spunk

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English[edit]

Etymology[edit]

1530, blend of spark and funk (obsolete, spark).

Funk (spark, touchwood) is from Middle English funke, fonke (spark), from Old English *funce, *fanca (spark), from Proto-Germanic *funkô, *fankô (spark), from Proto-Indo-European *(s)peng-, *(s)pheng- (to shine), and is akin to Middle Low German funke, fanke (spark), Middle Dutch vonke (spark), Old High German funcho, funko (spark), German Funke (spark).

Pronunciation[edit]

Noun[edit]

spunk (usually uncountable, plural spunks)

  1. (countable, obsolete) A spark.
    • 1886, Robert Louis Stevenson, Kidnapped, 2009, page 109,
      [] That′s none such an entirely bad little man, yon little man with the red head,” said Alan. “He has some spunks of decency.”
  2. (uncountable) Touchwood; tinder.
    • 1646, Thomas Browne, Pseudodoxia Epidemica, II.5:
      Spunk, or Touch-wood prepared, might perhaps make it Russet: and some, as Beringuccio affirmeth, have promised to make it Red.
  3. (countable, chiefly Scotland, obsolete) A piece of tinder, sometimes impregnated with sulphur; a match.
    • 1829, Society for Relief of the Destitute Sick (Edinburgh), Report, page 7,
      At present, her only means of procuring subsistence for herself and children, is by making spunks or matches, which, either she or her eldest child, a girl about six years of age, sells from door to door.
    • 1843, John Wilson, John Gibson Lockhart, William Maginn, James Hogg, The Noctes Ambrosianæ of “Blackwood”, Volume IV, page 396,
      Spunksspunksspunks — who will buy my spunks?” — cried an errant voice with a beseeching earnestness [] .
  4. (uncountable) Courage; spirit; mettle; determination.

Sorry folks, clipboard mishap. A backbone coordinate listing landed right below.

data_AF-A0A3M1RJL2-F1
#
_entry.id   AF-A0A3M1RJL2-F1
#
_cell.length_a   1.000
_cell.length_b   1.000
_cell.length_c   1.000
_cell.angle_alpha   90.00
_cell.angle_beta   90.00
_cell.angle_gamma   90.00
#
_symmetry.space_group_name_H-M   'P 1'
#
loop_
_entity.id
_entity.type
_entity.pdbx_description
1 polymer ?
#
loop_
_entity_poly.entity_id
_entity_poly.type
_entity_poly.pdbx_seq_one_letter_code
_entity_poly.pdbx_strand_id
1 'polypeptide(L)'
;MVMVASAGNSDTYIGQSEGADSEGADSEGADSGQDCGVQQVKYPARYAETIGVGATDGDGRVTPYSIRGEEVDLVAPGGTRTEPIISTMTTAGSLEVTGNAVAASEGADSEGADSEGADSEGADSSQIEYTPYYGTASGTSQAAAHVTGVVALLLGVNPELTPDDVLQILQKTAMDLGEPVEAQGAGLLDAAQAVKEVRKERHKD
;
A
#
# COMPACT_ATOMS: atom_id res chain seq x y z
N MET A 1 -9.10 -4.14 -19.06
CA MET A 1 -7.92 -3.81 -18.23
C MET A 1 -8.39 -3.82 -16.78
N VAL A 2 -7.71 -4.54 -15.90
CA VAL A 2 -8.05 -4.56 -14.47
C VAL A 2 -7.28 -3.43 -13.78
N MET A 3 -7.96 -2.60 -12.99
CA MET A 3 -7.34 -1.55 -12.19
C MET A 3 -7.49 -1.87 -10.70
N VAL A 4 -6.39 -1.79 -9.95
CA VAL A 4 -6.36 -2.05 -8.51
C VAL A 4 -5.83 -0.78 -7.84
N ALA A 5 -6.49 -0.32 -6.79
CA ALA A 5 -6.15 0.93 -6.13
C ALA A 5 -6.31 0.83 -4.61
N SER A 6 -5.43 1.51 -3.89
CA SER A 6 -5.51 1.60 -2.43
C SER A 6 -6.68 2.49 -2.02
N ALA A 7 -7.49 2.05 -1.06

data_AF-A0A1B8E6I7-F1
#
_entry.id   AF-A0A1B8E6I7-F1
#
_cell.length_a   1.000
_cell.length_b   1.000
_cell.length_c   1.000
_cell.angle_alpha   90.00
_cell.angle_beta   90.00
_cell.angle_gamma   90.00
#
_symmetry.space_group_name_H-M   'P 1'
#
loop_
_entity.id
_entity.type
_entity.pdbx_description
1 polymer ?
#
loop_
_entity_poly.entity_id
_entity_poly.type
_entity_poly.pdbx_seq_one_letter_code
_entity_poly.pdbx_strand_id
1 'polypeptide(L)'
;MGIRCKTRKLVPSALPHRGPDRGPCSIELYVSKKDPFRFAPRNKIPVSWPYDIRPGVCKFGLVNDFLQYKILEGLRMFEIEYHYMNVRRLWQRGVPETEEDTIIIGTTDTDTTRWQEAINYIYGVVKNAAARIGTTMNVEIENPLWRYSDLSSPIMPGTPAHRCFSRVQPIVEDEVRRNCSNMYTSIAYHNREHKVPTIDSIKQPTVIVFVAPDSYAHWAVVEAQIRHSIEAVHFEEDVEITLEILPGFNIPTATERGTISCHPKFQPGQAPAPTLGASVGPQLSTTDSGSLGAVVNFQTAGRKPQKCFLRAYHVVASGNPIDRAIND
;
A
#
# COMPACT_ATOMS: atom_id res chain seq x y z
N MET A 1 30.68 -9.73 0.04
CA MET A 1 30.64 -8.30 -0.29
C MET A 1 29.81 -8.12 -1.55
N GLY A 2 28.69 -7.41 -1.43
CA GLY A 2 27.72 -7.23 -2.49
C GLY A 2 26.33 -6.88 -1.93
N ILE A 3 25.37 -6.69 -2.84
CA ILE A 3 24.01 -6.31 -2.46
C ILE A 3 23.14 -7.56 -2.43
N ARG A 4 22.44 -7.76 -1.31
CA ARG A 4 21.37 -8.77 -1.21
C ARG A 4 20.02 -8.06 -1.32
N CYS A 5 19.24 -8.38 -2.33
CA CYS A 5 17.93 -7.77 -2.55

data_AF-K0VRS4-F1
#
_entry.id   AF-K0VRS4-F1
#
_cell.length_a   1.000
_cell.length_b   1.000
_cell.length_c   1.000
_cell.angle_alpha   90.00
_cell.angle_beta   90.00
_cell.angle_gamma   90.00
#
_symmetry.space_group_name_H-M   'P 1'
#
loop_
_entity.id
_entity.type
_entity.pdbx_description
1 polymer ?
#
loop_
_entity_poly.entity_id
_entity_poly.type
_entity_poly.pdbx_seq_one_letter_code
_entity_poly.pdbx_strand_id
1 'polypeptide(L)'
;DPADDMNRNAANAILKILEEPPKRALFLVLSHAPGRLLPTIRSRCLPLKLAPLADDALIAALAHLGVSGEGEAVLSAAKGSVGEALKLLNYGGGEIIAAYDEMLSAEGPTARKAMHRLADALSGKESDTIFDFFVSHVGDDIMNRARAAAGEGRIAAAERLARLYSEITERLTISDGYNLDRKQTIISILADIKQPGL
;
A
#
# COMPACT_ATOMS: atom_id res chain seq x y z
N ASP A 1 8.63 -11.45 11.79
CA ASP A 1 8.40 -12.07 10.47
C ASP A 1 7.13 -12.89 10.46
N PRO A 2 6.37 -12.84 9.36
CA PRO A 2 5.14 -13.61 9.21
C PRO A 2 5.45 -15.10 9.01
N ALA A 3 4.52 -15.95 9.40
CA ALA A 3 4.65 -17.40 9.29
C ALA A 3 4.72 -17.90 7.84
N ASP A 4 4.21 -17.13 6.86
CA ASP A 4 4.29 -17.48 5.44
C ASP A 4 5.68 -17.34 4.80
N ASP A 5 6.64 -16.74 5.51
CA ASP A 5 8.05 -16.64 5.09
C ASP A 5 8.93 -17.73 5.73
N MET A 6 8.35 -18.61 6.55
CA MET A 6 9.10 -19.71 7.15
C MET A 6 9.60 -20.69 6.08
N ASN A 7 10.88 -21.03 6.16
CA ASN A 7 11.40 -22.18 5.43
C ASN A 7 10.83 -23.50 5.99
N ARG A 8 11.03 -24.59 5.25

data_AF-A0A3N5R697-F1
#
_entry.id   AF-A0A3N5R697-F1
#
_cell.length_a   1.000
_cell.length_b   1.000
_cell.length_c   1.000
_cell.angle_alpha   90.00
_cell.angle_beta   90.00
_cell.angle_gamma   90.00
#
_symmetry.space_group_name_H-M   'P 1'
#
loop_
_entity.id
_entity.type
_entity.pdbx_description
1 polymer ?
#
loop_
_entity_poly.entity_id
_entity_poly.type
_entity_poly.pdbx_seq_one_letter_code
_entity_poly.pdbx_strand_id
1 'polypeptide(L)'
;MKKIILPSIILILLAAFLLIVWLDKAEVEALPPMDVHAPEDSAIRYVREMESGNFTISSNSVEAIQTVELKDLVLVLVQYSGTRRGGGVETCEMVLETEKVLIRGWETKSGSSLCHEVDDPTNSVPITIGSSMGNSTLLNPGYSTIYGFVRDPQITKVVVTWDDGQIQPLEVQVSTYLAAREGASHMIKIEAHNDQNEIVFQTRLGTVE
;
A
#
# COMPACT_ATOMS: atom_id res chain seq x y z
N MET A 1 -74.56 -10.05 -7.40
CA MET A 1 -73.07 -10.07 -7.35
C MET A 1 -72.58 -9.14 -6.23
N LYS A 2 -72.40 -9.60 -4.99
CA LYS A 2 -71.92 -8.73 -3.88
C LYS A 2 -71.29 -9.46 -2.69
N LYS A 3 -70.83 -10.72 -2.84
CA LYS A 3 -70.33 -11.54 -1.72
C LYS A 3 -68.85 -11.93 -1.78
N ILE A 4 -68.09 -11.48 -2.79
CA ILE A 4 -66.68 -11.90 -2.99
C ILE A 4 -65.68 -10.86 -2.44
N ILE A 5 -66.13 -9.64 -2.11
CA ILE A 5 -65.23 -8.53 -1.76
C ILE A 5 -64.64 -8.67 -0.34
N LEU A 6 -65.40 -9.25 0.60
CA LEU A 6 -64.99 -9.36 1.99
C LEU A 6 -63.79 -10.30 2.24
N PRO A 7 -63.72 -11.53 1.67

• 1920 August, Edward Leonard, Old Zeke′s Mule, Boys′ Life, 55,
      “I reckon I′m as good as a mule,” he declared. “Maria knows what that desert is as well as we do, but she′s got more spunk than either of us. I'm not going to let any mule show more spunk than me.”
    • 1991, Lindsey Hanks, (copyright Linda Chesnutt, Georgia Pierce), Long Texas Night, Zebra Books, US, page 26,
      “You've got spunk, missy, I′ll have to say that for you. Maybe with your spunk and my good looks we can get this place in shape again.”
      It was Sarah′s turn to laugh.
    • For more examples of usage of this term, see the citations page.
  5. (countable, UK, Australia, New Zealand, slang) An attractive person (normally male).
    • 2005, Sue Austin, Women′s Aggressive Fantasies: A Post-Jungian Exploration of Self-Hatred, Love and Agency, Routledge, UK, page 166,
      We are welcomed by 20 year old spunks, as we make a last valiant attempt with our bodies - gasp, gasp - and try to get back in shape.
  6. (uncountable, UK, vulgar, slang) Semen.
    • 2007, Debra Hyde, Kidnapped, Violet Blue (editor), Lust: Erotic Fantasies for Women, 2010, ReadHowYouWant, page 188,
      It was runny stuff and, as she felt Brain loosen his hold on the drawstrings, Cackle's spunk dripped onto the shelf of her chin.

Translations[edit]

Verb[edit]

spunk (third-person singular simple present spunks, present participle spunking, simple past and past participle spunked)

  1. (slang, vulgar) To ejaculate.

Anagrams[edit]